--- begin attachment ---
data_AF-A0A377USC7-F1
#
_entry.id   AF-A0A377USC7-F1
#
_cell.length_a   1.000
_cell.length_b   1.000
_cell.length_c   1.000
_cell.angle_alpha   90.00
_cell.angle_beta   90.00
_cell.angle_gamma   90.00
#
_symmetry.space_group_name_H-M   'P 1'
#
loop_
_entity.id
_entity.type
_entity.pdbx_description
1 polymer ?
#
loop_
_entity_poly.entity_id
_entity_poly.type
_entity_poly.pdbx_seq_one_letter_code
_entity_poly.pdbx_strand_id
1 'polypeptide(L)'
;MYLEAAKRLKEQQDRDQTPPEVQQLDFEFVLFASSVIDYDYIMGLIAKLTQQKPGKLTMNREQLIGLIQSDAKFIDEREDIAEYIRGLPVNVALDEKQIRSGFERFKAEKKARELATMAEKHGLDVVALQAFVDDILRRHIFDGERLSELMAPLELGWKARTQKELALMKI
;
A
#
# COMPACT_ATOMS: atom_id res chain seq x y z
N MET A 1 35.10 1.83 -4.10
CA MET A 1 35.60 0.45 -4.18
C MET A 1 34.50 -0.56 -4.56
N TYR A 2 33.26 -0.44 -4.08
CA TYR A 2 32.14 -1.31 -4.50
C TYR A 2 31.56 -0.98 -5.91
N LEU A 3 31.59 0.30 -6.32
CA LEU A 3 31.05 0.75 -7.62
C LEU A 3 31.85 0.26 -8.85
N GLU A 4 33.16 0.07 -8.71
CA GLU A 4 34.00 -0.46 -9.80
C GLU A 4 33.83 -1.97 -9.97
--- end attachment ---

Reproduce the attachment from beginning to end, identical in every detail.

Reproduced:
data_AF-A0A377USC7-F1
#
_entry.id   AF-A0A377USC7-F1
#
_cell.length_a   1.000
_cell.length_b   1.000
_cell.length_c   1.000
_cell.angle_alpha   90.00
_cell.angle_beta   90.00
_cell.angle_gamma   90.00
#
_symmetry.space_group_name_H-M   'P 1'
#
loop_
_entity.id
_entity.type
_entity.pdbx_description
1 polymer ?
#
loop_
_entity_poly.entity_id
_entity_poly.type
_entity_poly.pdbx_seq_one_letter_code
_entity_poly.pdbx_strand_id
1 'polypeptide(L)'
;MYLEAAKRLKEQQDRDQTPPEVQQLDFEFVLFASSVIDYDYIMGLIAKLTQQKPGKLTMNREQLIGLIQSDAKFIDEREDIAEYIRGLPVNVALDEKQIRSGFERFKAEKKARELATMAEKHGLDVVALQAFVDDILRRHIFDGERLSELMAPLELGWKARTQKELALMKI
;
A
#
# COMPACT_ATOMS: atom_id res chain seq x y z
N MET A 1 35.10 1.83 -4.10
CA MET A 1 35.60 0.45 -4.18
C MET A 1 34.50 -0.56 -4.56
N TYR A 2 33.26 -0.44 -4.08
CA TYR A 2 32.14 -1.31 -4.50
C TYR A 2 31.56 -0.98 -5.91
N LEU A 3 31.59 0.30 -6.32
CA LEU A 3 31.05 0.75 -7.62
C LEU A 3 31.85 0.26 -8.85
N GLU A 4 33.16 0.07 -8.71
CA GLU A 4 34.00 -0.46 -9.80
C GLU A 4 33.83 -1.97 -9.97